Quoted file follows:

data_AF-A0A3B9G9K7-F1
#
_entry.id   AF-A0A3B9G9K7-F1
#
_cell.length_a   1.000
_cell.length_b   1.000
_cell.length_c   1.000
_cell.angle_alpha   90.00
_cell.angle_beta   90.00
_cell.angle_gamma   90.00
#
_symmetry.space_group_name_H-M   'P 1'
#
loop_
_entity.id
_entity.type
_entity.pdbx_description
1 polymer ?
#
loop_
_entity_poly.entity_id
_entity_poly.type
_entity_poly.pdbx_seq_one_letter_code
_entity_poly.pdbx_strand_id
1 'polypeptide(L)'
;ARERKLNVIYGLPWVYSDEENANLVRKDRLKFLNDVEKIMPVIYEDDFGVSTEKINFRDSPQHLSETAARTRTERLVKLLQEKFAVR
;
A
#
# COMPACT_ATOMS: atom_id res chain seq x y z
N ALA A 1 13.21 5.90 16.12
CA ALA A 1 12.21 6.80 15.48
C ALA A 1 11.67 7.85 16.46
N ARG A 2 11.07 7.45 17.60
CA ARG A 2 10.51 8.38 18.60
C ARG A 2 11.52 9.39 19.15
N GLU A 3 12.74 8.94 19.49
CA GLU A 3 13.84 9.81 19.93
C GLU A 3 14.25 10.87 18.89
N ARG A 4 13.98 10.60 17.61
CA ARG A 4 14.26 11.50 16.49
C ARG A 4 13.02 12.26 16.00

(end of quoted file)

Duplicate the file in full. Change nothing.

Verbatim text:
data_AF-A0A3B9G9K7-F1
#
_entry.id   AF-A0A3B9G9K7-F1
#
_cell.length_a   1.000
_cell.length_b   1.000
_cell.length_c   1.000
_cell.angle_alpha   90.00
_cell.angle_beta   90.00
_cell.angle_gamma   90.00
#
_symmetry.space_group_name_H-M   'P 1'
#
loop_
_entity.id
_entity.type
_entity.pdbx_description
1 polymer ?
#
loop_
_entity_poly.entity_id
_entity_poly.type
_entity_poly.pdbx_seq_one_letter_code
_entity_poly.pdbx_strand_id
1 'polypeptide(L)'
;ARERKLNVIYGLPWVYSDEENANLVRKDRLKFLNDVEKIMPVIYEDDFGVSTEKINFRDSPQHLSETAARTRTERLVKLLQEKFAVR
;
A
#
# COMPACT_ATOMS: atom_id res chain seq x y z
N ALA A 1 13.21 5.90 16.12
CA ALA A 1 12.21 6.80 15.48
C ALA A 1 11.67 7.85 16.46
N ARG A 2 11.07 7.45 17.60
CA ARG A 2 10.51 8.38 18.60
C ARG A 2 11.52 9.39 19.15
N GLU A 3 12.74 8.94 19.49
CA GLU A 3 13.84 9.81 19.93
C GLU A 3 14.25 10.87 18.89
N ARG A 4 13.98 10.60 17.61
CA ARG A 4 14.26 11.50 16.49
C ARG A 4 13.02 12.26 16.00